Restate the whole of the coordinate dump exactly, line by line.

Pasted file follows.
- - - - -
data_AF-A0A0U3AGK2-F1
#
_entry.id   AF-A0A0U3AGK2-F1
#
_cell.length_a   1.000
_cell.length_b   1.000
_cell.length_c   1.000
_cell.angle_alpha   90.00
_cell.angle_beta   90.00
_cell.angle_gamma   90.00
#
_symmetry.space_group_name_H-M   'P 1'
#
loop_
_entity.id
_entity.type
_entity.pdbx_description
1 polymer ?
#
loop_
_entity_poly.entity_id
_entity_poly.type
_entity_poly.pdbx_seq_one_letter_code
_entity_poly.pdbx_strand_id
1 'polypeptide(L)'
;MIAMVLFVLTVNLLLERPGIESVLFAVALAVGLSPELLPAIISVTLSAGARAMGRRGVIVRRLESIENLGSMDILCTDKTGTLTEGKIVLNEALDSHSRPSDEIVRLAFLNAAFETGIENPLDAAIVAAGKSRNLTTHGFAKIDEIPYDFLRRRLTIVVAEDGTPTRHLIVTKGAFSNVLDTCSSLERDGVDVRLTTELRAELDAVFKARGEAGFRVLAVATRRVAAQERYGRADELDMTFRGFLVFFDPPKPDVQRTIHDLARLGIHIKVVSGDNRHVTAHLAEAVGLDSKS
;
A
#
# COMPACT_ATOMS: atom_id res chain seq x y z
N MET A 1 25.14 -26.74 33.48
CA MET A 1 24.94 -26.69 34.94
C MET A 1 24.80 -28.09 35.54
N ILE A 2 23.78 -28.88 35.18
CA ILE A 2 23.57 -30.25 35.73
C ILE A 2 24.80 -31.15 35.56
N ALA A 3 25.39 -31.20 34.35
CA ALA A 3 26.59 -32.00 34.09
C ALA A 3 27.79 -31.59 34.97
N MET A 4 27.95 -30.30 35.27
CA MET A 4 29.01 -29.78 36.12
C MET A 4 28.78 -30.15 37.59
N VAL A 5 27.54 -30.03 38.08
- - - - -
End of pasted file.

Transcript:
data_AF-A0A0U3AGK2-F1
#
_entry.id   AF-A0A0U3AGK2-F1
#
_cell.length_a   1.000
_cell.length_b   1.000
_cell.length_c   1.000
_cell.angle_alpha   90.00
_cell.angle_beta   90.00
_cell.angle_gamma   90.00
#
_symmetry.space_group_name_H-M   'P 1'
#
loop_
_entity.id
_entity.type
_entity.pdbx_description
1 polymer ?
#
loop_
_entity_poly.entity_id
_entity_poly.type
_entity_poly.pdbx_seq_one_letter_code
_entity_poly.pdbx_strand_id
1 'polypeptide(L)'
;MIAMVLFVLTVNLLLERPGIESVLFAVALAVGLSPELLPAIISVTLSAGARAMGRRGVIVRRLESIENLGSMDILCTDKTGTLTEGKIVLNEALDSHSRPSDEIVRLAFLNAAFETGIENPLDAAIVAAGKSRNLTTHGFAKIDEIPYDFLRRRLTIVVAEDGTPTRHLIVTKGAFSNVLDTCSSLERDGVDVRLTTELRAELDAVFKARGEAGFRVLAVATRRVAAQERYGRADELDMTFRGFLVFFDPPKPDVQRTIHDLARLGIHIKVVSGDNRHVTAHLAEAVGLDSKS
;
A
#
# COMPACT_ATOMS: atom_id res chain seq x y z
N MET A 1 25.14 -26.74 33.48
CA MET A 1 24.94 -26.69 34.94
C MET A 1 24.80 -28.09 35.54
N ILE A 2 23.78 -28.88 35.18
CA ILE A 2 23.57 -30.25 35.73
C ILE A 2 24.80 -31.15 35.56
N ALA A 3 25.39 -31.20 34.35
CA ALA A 3 26.59 -32.00 34.09
C ALA A 3 27.79 -31.59 34.97
N MET A 4 27.95 -30.30 35.27
CA MET A 4 29.01 -29.78 36.12
C MET A 4 28.78 -30.15 37.59
N VAL A 5 27.54 -30.03 38.08